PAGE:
Then, the day itself. If you’ve never pitched before, queuing for the doors to open for your slot will be terrifying. You’ll panic that you can’t remember your loglines, pitch or name, that you’ve forgotten your business cards and one-pagers. You’ll fret and worry and panic. Then the doors open. As you all file in, you will see a large hall with a clock at the end and along the left and right walls, the execs, agents, producers and directors. Unless you were at the front of the queue at the door, there’ll already be a queue forming in front of some the pitchees in the room. So, you have to decide: Do you queue there too? You should, if they’re on your must-see list. But if not, consider one of the quieter tables, if the fit is good. That can also work as a great warm-up, to get you used to the idea of pitching, before facing the lion.

This was my revelation last year: Far from being monsters, sent to chew up you and your work and spit them both out with disgust, these are professionals who love what they do. And they want to love what you have, they want to meet you and like you and like your work. This epiphany made the rest of pitching much less stressful to me.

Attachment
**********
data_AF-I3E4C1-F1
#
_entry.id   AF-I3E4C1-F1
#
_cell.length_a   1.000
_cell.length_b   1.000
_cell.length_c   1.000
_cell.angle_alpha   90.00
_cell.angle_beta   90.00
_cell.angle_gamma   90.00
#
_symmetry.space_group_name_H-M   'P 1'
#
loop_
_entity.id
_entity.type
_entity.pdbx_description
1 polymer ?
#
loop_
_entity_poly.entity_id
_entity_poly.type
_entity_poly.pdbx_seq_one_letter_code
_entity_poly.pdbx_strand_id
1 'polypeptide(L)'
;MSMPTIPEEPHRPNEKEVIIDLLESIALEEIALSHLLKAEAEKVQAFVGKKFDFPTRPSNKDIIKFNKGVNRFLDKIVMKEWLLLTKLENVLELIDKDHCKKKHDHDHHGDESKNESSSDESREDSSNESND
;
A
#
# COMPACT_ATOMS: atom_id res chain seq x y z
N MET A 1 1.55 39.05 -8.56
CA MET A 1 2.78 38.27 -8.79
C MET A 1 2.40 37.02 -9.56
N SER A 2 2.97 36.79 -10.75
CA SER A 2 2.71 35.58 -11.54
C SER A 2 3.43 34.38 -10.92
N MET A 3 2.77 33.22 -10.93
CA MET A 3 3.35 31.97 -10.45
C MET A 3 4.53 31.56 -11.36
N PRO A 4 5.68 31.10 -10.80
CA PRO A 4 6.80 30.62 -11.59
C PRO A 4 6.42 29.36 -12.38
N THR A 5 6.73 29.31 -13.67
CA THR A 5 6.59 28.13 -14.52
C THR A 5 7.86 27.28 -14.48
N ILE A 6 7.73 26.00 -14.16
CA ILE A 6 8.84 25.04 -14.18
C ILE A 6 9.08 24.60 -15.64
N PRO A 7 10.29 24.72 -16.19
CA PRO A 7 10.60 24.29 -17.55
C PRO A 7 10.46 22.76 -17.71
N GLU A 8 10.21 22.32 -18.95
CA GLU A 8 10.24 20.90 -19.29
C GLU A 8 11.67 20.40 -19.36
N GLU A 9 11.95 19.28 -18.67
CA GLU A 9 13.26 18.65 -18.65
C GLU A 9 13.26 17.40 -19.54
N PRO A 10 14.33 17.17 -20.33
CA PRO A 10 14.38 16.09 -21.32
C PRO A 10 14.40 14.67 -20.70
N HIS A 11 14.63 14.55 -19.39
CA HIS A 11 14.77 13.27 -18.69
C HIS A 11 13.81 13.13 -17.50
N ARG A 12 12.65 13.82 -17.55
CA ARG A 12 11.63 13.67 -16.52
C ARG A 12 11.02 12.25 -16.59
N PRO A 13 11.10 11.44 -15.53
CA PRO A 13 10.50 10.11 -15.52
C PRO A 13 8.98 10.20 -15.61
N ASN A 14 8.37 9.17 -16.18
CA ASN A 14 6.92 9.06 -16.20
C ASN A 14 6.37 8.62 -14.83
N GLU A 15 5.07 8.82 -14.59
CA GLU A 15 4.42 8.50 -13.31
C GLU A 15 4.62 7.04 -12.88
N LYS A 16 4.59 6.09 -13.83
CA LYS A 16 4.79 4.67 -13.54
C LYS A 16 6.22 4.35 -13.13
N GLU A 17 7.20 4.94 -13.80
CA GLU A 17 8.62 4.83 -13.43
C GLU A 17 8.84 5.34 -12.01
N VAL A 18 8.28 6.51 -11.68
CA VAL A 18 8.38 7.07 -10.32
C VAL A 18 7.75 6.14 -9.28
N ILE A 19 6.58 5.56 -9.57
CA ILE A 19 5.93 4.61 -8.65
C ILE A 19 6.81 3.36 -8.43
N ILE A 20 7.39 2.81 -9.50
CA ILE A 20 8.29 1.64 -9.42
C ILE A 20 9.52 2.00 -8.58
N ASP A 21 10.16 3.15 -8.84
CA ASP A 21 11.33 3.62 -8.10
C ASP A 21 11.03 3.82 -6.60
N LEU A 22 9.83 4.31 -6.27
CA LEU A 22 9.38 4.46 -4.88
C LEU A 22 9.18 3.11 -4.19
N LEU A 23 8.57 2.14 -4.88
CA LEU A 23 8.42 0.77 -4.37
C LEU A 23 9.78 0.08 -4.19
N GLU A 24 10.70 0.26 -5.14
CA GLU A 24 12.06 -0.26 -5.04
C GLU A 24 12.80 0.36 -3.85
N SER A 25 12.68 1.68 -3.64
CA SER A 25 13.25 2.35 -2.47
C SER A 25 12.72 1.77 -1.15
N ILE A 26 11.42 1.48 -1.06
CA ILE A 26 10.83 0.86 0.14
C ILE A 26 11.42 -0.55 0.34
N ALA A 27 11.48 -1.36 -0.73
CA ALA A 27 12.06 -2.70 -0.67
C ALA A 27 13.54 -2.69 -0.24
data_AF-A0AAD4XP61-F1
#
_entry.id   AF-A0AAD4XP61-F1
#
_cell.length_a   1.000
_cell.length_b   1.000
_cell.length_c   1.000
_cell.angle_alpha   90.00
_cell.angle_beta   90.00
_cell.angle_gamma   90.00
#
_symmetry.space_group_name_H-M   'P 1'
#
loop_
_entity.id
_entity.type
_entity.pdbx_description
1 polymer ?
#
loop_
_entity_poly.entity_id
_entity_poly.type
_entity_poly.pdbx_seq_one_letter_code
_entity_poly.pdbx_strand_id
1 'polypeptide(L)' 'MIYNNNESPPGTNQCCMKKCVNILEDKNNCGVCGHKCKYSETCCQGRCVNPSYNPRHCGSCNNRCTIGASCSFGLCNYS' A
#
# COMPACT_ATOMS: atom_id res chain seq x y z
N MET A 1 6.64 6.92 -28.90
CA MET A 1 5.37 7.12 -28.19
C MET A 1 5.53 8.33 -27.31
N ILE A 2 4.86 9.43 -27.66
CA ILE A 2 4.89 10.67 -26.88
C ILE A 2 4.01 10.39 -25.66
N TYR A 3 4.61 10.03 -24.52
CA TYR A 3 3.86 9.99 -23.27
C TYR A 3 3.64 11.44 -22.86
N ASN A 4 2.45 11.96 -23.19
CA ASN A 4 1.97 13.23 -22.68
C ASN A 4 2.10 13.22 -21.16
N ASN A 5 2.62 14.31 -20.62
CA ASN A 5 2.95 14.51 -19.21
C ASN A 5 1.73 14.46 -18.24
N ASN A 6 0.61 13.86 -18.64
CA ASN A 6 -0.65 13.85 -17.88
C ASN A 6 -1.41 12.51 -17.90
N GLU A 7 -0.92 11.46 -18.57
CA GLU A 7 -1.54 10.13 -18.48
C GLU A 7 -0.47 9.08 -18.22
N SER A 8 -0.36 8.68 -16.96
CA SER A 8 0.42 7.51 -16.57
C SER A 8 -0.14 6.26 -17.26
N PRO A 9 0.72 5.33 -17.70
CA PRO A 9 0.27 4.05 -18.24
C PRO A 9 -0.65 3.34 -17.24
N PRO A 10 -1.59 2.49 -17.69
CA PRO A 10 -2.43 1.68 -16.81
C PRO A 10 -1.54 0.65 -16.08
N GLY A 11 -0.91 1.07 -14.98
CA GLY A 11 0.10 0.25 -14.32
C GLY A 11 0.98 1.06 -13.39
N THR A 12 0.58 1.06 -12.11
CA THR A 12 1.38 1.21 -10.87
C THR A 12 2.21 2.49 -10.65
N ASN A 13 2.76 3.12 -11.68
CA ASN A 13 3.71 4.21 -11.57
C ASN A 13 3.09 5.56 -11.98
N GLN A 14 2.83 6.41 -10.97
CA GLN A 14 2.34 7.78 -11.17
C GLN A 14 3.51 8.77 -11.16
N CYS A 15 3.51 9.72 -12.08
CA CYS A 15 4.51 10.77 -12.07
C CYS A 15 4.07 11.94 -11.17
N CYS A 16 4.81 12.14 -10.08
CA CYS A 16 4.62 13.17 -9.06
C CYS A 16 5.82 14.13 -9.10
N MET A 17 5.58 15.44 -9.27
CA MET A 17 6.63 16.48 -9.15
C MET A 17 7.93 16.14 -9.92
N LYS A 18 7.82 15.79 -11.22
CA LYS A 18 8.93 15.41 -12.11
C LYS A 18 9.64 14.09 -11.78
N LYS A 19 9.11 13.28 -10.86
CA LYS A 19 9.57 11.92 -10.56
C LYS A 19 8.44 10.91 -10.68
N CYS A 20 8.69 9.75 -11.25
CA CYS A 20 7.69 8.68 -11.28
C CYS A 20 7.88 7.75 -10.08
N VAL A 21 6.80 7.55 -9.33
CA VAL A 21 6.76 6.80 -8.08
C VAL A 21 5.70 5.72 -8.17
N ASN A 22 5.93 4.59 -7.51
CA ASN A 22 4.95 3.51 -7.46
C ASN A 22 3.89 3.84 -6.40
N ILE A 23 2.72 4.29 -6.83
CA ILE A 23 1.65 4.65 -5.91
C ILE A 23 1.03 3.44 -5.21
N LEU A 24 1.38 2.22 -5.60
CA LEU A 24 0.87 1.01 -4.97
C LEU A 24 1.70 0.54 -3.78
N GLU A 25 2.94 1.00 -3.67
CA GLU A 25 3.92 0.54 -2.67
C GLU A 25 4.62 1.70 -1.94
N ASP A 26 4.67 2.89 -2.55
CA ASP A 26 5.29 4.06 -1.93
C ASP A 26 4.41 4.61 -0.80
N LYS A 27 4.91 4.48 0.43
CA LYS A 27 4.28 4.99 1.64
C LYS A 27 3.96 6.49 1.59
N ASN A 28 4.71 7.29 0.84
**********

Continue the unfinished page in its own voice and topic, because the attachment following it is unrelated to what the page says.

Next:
So, you have five minutes, and five minutes only with each person. After that you have to move on and go and pitch to someone else. You have five minutes to convince them that you and/or your work are perfect for them. If they’re not interested, they will often give excellent feedback as to why. And if they are interested, they’ll either ask for your card and/or one-pager, or give you their card for you contact them after the festival.

And that’s it. Keep doing it until you get the success you want and learn from each pitch you perform. And bear in mind that often Sunday slots are empty and you might get a chance to slide into a second session if you’re very lucky. And finally: If they suggest you get in touch with them to talk about your project? Do actually do that!!

So, good luck pitchers. May the odds be ever in your favour.

Transition Deferred

So, the transition is to be postponed, set aside for a period of time for the pursuit of ignominious yet necessary financial return. So, for now, a return to squeezing in as much writing as possible in the windows that life provides. It’ll be necessary to balance out writing commitments to others, such as my reviews for The Digital Fix, and meeting the deadlines for my own writing. Not only is it now less than four weeks until London Screenwriters Festival, it’s just over two weeks until the deadline for the BlueCat Screenplay Competition.

So, in between the misery-fest that is The Leftovers, and my gushing love for Peaky Blinders, my primary focus will be Underworld Calling.